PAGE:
MUDKISS FANZINE

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BUT I WAS SO MUCH OLDER THEN” - DEN BROWNE'S SEPTEMBER ROUND UP

Johnny Rogan - Byrds: Requiem for the Timeless, volume 1 (Random House/Omnibus)
Zoe Howe - Florence + the Machine: an Almighty Sound
(Omnibus pbk)
David Buckley - Kraftwerk: Publikation
(Omnibus)
Bill Sykes - Sit Down! Listen To This!: The Roger Eagle Story
(Empire Pubns)
Shaun Ryder - Twisting My Melon
(Kindle edn)
 
Its been a busy month for books here - at last I'm coming out of the Reading Dungeon, but not for long, there's always more. So straight to business...
 

Johnny Rogan - Byrds: Requiem for the Timeless: The heavyweight prize this month is a 'no-brainer', Johnny Rogan’s “Byrds: Requiem for the Timeless” - weighing in at nearly a kilo - and worth every ounce of it. Johnny Rogan's becoming something of a regular here, making a quick return after the recent updated "Smiths: Severed Alliance" (reviewed here last time). He'll soon have a shelf to himself in the Mudkiss Library. This book brings together his earlier “Timeless Flight” writings on the Byrds, with added new material and the most massively annotated research section I've ever come across. There’s also a seriously in-depth discography, and some rather cool pics. There's never any secret that the author loves the group and their music. There’s a place for detached impartiality, but committed fandom counts too - and the author’s never shy of dealing with the many personal and musical “issues” with the group. I share his opinion that for all the billions of plays and sales of songs like “Mr Tambourine Man“, the Byrds don't really get the recognition they deserve now. How many other groups virtually invented Folk Rock, made some of the greatest music of the Sixties (usually in single format), combined “raga rock” with free jazz influences like Coltrane, pioneered Country Rock - not forgetting the occasional side-trip into sci-fi and space music? While it’s just about compulsory for any indie group to name check the Velvet Underground, the Byrds - especially their combination of smooth harmonies and unsettling lyrics - are just as important as influences. Anyone can like the Beatles, but I know which 1967 album I'd rather hear today out of “Sergeant Pepper” and “Younger Than Yesterday“.

The greatest strength of this book is in the relationship the writer’s built up with the group members over the years. This is all first-hand material, and it’s fascinating to read their differing versions of What Really Happened. The book shows how ego, greed and drugs can erode any creative energy and integrity that haven't already been destroyed by turning a buck for the Biz. For all their talents, most of the group seemed to have possessed a big Self Destruct button when it came to relationships or sustaining a career. In addition, they’re all highly articulate, and at times hyper-sensitive guys with plenty to say. Jim McGuinn, Chris Hillman and David Crosby are always handy with anecdote and opinion (just don't expect them to agree on much!), along with other major players like manager/Svengali Bob Dickson. Chris Hillman’s views on the Gram Parsons paradox - rich kid waster and Rolling Stones wannabe, one of the original Cosmic Cowboys - are especially revealing.

There's a beautiful little passage that crystallises the atmosphere, detail and perceptiveness of the book, where the author describes the aftermath of a very un-Peace & Love 1967 photo shoot which ended in a band punch-up: " In many ways the beach saga enshrined the Byrds' myth in microcosm: Crosby's passion &and petulance; [Gene] Clark's moral indecision and uncertainty about his role; Dickson's creative vision, blurred by frustration and anger; McGuinn, coldly observing events and disguising his feelings; Hillman absenting himself from the action; Clarke stumbling into conflicts that he barely understood. With so many disparate personalities and conflicting points of view, it was a miracle that the Byrds ever recorded their second album."  The book’s also strong on the back-story and context, such as the differences between the LA and San Francisco groups usually lumped together as the ‘West Coast sound‘, and takes in the bigger picture of how the scene changed during the Byrds time, plus a great supporting cast of 60's heavyweights like Dylan, the Stones and the Beatles.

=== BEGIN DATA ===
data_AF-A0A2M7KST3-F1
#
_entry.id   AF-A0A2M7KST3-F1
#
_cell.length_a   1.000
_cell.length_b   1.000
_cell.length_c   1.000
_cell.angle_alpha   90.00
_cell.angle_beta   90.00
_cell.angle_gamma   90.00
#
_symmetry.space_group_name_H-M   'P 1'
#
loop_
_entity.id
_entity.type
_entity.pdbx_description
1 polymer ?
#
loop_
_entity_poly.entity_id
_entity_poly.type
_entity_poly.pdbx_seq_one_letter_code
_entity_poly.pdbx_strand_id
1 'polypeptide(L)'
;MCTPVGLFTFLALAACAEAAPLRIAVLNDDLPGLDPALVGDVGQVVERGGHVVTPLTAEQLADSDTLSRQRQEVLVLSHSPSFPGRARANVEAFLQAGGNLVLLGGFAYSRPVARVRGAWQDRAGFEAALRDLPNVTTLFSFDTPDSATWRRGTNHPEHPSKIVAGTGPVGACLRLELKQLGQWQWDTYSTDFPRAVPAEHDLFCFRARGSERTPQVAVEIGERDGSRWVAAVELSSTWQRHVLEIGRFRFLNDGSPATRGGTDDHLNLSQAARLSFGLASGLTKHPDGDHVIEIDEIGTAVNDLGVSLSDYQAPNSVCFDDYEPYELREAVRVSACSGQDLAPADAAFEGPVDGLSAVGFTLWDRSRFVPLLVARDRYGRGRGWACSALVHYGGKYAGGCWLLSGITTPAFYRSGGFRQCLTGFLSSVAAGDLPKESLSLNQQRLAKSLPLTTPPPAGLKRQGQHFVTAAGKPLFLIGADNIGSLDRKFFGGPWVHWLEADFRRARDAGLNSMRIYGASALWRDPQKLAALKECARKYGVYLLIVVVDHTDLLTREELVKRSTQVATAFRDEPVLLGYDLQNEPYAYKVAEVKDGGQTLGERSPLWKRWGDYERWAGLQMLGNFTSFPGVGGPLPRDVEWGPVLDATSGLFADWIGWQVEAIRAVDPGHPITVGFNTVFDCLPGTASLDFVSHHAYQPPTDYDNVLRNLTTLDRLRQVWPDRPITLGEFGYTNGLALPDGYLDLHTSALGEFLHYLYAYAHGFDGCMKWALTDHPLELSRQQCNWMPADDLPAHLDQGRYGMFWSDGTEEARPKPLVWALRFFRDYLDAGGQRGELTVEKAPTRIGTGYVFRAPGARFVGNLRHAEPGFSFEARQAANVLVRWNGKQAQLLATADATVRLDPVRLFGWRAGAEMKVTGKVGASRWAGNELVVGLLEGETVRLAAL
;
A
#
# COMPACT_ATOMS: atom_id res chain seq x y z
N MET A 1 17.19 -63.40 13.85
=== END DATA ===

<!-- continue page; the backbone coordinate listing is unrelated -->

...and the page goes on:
Z
oe Howe - Florence + the Machine: an Almighty Sound: Zoe Howe is a Mudkiss regular, and has got to be one of the most prolific writers around. It seems like only the other day I was reading the very tasty Wilco Johnson book, and now here's another, tracing the ongoing ascent of Florence Welch and her associated ’machinery’. Where most of the books here are mainly looking back, this one's very much about the present and looking forward. It’s distinguished by a real breathless immediacy as Zoe Howe traces the ascent of Florence Welch + the Machine over the last few years. Where I'd imagined her as a rather pre-Raphaelite, ethereal/mysterious type like Kate Bush, Siouxsie or Elisabeth Fraser - or Bat for Lashes, more recently, maybe - she comes across as more of a hard-nosed, ambitious singer like Annie Lennox - but also one with a wicked sense of fun and humour, who doesn't always take herself too seriously (Bat For Lashes take note). With a strong support network of family and friends, she’s been able to handle the rapid ascent of her career better than the many disposable TV-reared singers around now.

The book also reminded me that she's been around longer than I'd thought - being one of those who lost out in the Speech Debelle fiasco at the 2007 Mercury Prize awards She’s lasted longer and seen off plenty of the competition in that time. Since then the music biz has been hurling more and more women singers of every shape, style and persuasion at us in the hope that something'll stick. Among the latest contenders are Emelie Sande, Ren Harvieu, Imelda May, Janelle Monae and many more. It’s hard to keep up with the turnover at times - will Kate Nash and Lily Allen be able to pick up where they left off, or will they go the way of Duffy and Ms Debelle? Meanwhile an aristocracy of Adele, Lady Gaga, Rihanna and Katy Perry rides the corporate machine as it drives on remorselessly. Even Charlotte Church wants to be a full-on Rock Chick now (stop laughing at the back...)

A lot's happened since her early days building a following on XFM. I've lost a bet along the way that the Machine would have been dispensed with by now. While many of her contemporaries and rivals are pure product, she's got the voice, ambition and personality to transcend the innate disposability of the scene. Watching her at one of the recent festivals, there was a sense of an artiste at the crossroads. She has strong connections to the fashion and design worlds, no surprise given her own artistic background, and then there’s always the film world. For the story so far, this book is the real deal, taking in the full story of Florence’s ascent, with many nice little touches along the way, like stepping outside the world of music biz media control for regular input from fans. the book stands as a fascinating screen-grab of a career heading for the next level.